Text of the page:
United Airlines has been garnering considerable publicity as of late, but the news has hardly been positive. For animal enthusiasts, the string of unfortunate episodes involving pets on United flights is especially disturbing.
The most shocking recent event occurred recently when a passenger’s dog passed away aboard Flight 1284 from Houston to New York after being improperly stored. In violation of United’s regulation that pets must be positioned beneath the customer’s seat, a flight attendant had erroneously instructed the dog’s owner to place the pet carrier containing her French bulldog in the overhead compartment, which lacked sufficient ventilation. After initial hesitation, the dog’s owner reluctantly obeyed the attendant’s direction. By the time the plane landed, the dog had tragically expired, to the horror of its owner and other passengers.
Regrettably, this story has not been an isolated incident for United Airlines. In fact, the company has experienced a remarkably dismal track record in regard to the handling, or rather mishandling, of pets. Just days after the Flight 1284 fiasco, a senior German shepherd bound for Kansas was mistakenly transported across international borders to Japan. When the dog’s owner went to pick up her pooch, she was flabbergasted when presented with a Great Dane instead. As it turned out, the dogs’ identities had been confused, and they were subsequently placed on incorrect flights. Luckily, both animals survived their ordeals and were returned to their respective families. One might think UA would have learned some hard lessons from these proximate blunders and acted accordingly, nevertheless another dog was wrongly boarded onto a flight the following weekend. This made for a trifecta of animal-associated errors on the part of United in a single week, resulting in avoidable suffering for all involved, human and animal alike.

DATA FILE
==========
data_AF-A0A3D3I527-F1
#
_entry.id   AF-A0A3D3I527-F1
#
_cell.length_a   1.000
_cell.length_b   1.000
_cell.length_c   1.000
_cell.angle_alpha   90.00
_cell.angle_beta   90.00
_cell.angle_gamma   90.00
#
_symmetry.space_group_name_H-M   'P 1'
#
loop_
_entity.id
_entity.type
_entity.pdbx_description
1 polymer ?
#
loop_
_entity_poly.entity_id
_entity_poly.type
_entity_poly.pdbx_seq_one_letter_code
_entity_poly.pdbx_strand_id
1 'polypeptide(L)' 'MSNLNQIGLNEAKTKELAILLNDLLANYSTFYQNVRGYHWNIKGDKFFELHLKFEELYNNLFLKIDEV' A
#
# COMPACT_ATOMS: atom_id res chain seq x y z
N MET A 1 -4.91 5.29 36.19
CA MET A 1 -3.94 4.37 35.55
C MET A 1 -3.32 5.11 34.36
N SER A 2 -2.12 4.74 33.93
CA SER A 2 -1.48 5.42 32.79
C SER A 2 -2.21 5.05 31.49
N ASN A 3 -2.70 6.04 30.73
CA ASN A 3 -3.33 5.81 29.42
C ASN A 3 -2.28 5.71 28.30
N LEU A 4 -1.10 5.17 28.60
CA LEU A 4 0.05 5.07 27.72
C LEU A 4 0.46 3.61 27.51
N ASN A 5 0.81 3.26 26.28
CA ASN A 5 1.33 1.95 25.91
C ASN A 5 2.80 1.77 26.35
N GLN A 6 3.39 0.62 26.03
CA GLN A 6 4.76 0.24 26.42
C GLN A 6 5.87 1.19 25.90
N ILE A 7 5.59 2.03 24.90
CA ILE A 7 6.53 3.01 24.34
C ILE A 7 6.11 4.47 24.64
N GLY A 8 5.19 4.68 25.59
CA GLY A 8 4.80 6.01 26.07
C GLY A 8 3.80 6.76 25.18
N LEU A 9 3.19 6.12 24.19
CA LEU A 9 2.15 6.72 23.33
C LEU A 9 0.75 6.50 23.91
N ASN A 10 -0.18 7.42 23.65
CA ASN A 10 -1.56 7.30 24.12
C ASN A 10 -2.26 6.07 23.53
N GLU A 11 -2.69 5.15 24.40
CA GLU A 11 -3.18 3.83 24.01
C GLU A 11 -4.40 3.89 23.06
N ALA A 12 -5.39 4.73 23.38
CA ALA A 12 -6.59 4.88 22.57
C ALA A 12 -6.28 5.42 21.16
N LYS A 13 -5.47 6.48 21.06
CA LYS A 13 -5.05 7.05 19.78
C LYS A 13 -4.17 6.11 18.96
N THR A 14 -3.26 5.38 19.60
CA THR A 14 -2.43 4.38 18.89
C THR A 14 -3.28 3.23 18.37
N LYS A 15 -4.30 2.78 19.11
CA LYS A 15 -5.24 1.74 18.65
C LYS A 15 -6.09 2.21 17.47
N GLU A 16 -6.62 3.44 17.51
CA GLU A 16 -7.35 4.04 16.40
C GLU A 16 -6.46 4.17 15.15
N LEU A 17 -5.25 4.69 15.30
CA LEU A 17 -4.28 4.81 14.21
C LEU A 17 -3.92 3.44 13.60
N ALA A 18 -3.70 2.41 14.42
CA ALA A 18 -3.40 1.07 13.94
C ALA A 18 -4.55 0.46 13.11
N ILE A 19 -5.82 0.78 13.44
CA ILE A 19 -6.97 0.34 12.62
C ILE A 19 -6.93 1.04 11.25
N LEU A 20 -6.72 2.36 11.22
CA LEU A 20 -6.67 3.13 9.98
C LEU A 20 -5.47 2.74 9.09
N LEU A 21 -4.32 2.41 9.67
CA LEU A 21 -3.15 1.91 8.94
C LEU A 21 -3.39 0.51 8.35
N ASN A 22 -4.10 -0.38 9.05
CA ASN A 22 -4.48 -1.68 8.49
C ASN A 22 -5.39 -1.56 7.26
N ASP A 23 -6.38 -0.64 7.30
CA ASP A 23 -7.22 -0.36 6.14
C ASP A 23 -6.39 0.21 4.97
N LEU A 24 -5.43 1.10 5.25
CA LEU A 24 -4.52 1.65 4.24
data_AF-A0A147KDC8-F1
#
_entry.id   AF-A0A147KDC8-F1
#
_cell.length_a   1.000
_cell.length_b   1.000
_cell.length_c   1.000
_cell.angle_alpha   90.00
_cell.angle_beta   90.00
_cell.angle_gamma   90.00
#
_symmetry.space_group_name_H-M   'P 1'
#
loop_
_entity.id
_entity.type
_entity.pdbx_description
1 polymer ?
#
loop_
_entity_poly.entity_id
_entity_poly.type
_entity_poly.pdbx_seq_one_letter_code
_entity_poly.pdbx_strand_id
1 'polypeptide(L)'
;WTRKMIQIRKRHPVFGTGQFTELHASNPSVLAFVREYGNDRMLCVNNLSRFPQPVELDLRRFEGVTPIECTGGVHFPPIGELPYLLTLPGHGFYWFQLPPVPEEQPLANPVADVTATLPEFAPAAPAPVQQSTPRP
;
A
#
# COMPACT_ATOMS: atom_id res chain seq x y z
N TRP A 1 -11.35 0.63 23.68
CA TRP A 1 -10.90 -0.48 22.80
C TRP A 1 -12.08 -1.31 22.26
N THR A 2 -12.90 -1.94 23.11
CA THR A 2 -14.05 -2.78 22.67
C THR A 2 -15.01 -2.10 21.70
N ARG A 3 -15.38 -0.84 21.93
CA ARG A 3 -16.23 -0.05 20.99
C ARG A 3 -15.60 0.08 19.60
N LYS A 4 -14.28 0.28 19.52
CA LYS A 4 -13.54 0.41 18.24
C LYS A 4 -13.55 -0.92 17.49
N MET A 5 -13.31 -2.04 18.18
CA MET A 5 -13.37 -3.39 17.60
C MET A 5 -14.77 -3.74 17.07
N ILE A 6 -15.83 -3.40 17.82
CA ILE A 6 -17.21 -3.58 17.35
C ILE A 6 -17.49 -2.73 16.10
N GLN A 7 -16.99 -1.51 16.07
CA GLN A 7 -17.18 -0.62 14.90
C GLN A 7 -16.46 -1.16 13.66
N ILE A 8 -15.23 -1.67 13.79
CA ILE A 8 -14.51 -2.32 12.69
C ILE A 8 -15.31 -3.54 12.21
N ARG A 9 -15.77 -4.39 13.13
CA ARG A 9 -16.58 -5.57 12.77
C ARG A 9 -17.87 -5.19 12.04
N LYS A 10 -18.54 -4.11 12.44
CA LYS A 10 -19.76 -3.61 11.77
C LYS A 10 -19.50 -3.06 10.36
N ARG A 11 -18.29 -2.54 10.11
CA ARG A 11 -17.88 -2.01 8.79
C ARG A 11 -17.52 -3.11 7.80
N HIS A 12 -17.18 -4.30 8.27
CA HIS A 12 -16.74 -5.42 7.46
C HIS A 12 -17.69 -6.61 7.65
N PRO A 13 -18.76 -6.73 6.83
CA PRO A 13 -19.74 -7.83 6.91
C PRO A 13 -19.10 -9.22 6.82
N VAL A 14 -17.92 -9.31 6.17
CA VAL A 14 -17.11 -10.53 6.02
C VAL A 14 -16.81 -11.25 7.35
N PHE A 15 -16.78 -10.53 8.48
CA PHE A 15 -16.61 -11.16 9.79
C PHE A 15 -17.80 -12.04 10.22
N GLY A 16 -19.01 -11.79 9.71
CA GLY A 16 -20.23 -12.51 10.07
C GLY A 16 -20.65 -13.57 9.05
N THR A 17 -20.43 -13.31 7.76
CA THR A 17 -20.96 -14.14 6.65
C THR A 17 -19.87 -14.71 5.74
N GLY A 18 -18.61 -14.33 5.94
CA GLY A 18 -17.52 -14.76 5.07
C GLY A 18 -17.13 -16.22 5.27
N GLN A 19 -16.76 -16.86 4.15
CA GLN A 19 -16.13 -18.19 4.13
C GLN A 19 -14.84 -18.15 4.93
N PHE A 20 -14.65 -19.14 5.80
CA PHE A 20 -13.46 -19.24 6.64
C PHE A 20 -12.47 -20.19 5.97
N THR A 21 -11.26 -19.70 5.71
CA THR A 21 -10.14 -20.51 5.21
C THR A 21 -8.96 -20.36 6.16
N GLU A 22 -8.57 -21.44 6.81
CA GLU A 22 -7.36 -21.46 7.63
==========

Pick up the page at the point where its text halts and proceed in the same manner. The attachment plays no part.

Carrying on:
In light of these somber headlines, a common concern is that the flight industry as a whole views pets as baggage rather than passengers with needs and feelings akin to their owners. Although there may be no immediate way of changing airline policies for the better, wayfaring pet parents and their furry friends are not without the support they deserve. Many animal rights organizations and travelers alike are working towards better treatment of animals on airplanes, and will hopefully be able to effectuate change for the better.
While travel insurance is a convenient means of protecting a traveler’s well-being and valuables, coverage for traveling pets is generally limited to assistance services offered by the insurer. This could entail having the assistance team help to find a local vet in the event of an emergency or help with pet transport related questions.